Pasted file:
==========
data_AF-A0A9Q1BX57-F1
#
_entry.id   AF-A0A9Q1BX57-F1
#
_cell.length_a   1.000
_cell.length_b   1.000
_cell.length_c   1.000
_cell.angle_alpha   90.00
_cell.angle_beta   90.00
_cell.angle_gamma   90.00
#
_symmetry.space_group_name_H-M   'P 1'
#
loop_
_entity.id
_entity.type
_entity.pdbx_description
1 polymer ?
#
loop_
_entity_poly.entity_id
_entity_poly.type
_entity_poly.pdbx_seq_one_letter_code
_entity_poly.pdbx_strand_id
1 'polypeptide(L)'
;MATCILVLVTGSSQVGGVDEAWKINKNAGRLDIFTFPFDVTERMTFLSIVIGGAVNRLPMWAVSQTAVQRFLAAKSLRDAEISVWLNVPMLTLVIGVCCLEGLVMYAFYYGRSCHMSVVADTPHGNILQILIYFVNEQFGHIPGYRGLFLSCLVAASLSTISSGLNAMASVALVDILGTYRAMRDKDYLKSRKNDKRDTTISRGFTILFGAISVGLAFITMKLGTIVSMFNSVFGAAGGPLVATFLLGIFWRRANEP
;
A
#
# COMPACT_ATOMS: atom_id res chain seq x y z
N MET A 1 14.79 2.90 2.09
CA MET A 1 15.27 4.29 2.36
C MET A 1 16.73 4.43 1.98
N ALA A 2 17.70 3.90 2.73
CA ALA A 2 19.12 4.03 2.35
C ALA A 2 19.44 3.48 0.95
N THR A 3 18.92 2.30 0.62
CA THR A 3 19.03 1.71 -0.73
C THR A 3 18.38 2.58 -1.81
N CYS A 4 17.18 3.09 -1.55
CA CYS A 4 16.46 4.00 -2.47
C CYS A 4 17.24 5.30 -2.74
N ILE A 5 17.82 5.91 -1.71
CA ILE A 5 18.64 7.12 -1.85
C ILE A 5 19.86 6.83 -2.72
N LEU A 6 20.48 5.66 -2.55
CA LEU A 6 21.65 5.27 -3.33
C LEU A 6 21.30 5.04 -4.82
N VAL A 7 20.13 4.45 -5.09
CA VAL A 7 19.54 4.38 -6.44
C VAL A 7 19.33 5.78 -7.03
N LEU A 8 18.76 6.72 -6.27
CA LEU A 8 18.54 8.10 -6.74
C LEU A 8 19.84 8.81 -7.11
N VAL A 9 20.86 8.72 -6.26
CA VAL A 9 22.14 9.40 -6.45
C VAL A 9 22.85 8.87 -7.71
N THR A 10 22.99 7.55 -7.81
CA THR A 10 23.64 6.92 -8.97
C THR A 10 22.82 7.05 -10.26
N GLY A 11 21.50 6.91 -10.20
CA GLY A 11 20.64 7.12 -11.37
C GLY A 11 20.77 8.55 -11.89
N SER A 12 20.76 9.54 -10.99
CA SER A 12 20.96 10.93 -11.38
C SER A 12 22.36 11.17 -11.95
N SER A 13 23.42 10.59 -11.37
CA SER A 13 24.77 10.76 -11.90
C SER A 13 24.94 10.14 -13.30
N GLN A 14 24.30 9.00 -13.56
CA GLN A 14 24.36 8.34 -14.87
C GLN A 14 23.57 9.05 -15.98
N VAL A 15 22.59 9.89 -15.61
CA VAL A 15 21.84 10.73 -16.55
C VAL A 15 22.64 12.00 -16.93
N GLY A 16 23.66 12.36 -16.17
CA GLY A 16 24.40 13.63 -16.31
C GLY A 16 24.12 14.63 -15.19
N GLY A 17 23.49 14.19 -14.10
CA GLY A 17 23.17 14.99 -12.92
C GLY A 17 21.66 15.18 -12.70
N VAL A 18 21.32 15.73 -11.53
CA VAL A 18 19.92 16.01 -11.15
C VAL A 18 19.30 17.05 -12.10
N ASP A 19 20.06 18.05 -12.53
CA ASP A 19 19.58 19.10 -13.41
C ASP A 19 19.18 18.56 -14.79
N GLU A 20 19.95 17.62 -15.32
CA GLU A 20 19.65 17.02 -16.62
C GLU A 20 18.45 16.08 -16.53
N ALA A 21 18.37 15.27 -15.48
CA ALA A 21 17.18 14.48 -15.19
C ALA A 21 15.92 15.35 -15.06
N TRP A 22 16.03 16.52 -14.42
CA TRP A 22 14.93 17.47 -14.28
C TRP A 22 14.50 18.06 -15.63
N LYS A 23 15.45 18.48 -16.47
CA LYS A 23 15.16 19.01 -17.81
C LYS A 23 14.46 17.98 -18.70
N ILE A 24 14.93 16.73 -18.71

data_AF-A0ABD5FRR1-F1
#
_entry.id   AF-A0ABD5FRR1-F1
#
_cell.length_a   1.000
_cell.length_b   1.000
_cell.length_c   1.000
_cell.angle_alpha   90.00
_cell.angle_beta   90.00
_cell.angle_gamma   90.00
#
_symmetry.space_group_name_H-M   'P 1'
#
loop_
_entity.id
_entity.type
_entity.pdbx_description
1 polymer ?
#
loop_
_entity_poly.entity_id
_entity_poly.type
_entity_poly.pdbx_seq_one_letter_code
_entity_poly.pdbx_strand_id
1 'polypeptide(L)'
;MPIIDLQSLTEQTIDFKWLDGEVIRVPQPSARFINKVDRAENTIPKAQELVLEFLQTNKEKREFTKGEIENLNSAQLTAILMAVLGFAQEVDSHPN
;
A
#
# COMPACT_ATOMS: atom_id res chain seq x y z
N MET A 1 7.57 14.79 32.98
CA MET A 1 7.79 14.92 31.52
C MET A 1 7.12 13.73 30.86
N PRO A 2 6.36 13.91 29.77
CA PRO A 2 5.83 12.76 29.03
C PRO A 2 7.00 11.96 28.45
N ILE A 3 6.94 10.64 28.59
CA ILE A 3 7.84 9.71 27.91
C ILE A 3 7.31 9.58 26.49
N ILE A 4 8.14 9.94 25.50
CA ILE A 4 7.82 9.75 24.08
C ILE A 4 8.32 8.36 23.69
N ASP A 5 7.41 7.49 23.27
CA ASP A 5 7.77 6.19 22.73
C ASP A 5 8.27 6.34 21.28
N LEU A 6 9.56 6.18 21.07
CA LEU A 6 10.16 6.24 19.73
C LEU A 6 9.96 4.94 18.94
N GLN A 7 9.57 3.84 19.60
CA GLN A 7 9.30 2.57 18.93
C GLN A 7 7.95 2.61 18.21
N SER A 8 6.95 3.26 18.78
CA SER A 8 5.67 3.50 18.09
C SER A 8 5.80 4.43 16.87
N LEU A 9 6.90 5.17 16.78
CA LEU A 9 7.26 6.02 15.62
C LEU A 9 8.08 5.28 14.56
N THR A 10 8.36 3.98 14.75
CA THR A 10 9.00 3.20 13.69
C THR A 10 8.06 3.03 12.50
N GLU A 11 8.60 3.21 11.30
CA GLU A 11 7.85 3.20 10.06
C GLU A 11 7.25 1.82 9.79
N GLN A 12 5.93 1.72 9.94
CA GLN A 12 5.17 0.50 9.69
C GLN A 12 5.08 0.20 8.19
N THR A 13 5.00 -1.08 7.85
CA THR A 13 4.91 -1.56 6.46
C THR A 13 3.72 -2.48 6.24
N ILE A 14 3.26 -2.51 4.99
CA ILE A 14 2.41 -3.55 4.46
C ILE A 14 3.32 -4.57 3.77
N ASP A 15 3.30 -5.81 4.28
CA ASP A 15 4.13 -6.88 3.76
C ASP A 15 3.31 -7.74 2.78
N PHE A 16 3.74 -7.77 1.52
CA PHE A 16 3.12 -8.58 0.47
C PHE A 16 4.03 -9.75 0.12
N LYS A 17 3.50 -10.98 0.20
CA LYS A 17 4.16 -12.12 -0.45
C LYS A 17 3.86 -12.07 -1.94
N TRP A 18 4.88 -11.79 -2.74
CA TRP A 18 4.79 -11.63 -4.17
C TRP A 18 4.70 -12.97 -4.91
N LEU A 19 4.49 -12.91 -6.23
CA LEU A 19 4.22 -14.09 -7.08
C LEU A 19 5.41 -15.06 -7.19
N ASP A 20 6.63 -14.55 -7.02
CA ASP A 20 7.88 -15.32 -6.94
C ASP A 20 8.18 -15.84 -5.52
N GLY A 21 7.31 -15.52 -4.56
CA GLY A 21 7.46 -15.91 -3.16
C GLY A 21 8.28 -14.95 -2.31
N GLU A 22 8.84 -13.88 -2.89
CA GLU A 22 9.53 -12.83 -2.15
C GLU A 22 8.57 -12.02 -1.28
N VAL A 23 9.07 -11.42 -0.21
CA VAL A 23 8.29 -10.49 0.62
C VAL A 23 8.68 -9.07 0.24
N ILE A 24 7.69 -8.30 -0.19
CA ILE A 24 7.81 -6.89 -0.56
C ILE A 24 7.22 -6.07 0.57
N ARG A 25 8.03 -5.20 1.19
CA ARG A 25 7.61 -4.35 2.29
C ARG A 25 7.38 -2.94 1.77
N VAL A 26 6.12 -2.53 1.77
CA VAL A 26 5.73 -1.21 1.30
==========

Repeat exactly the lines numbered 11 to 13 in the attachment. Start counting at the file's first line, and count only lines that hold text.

#
_symmetry.space_group_name_H-M   'P 1'
#